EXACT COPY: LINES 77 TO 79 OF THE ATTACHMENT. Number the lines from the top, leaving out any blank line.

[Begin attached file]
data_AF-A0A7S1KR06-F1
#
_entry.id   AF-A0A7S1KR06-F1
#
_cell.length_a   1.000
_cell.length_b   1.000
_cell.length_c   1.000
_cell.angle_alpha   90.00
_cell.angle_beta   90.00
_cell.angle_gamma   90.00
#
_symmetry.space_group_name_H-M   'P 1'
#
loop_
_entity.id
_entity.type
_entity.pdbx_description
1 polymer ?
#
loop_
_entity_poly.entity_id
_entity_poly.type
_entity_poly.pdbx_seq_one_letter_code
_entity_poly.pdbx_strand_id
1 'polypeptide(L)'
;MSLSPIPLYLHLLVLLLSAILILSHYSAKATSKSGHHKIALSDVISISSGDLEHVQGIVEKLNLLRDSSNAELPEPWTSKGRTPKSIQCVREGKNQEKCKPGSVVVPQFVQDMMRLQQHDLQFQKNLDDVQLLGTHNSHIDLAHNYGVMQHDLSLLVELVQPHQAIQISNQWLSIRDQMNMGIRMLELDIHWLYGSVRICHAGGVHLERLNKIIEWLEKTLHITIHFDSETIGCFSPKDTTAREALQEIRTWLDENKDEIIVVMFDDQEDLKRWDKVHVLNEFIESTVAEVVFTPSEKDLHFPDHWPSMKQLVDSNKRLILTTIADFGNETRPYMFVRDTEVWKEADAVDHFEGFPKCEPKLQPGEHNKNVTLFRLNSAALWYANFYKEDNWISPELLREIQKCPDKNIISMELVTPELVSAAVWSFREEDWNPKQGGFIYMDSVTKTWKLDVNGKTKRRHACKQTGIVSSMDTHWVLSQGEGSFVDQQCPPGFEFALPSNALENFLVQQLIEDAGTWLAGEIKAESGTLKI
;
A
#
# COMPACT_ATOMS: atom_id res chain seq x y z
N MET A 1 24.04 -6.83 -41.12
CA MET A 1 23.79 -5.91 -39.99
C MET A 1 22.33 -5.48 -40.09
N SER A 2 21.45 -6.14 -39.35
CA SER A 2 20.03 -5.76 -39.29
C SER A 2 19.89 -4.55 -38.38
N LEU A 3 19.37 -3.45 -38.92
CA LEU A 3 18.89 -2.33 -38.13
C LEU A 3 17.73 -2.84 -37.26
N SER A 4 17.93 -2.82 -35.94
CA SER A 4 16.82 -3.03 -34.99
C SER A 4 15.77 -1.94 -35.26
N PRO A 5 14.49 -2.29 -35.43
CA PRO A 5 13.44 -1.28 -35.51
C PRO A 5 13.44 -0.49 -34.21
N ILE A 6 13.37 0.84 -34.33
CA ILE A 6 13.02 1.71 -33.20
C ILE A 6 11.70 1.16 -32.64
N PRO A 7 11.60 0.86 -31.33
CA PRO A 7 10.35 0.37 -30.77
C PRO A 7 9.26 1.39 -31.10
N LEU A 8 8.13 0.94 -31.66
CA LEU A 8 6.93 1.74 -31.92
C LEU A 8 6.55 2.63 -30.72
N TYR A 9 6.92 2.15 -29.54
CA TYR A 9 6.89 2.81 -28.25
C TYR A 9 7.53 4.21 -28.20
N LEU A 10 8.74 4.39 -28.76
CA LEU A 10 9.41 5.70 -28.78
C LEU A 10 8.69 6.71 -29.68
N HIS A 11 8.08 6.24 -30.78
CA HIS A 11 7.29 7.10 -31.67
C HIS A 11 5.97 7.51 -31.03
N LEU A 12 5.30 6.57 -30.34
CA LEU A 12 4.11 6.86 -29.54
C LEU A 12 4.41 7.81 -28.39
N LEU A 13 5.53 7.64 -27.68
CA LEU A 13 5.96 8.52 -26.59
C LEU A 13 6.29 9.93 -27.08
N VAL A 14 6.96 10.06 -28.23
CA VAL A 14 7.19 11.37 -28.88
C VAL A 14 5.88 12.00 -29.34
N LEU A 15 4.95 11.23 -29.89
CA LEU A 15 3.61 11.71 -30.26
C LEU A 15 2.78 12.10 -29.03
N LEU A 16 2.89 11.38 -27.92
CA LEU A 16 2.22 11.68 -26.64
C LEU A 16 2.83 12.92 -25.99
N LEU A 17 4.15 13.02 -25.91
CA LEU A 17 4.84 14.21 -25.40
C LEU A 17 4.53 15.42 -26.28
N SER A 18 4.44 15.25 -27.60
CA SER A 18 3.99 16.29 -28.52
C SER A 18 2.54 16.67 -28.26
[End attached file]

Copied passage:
CA LEU A 16 2.22 11.68 -26.64
C LEU A 16 2.83 12.92 -25.99
N LEU A 17 4.15 13.02 -25.91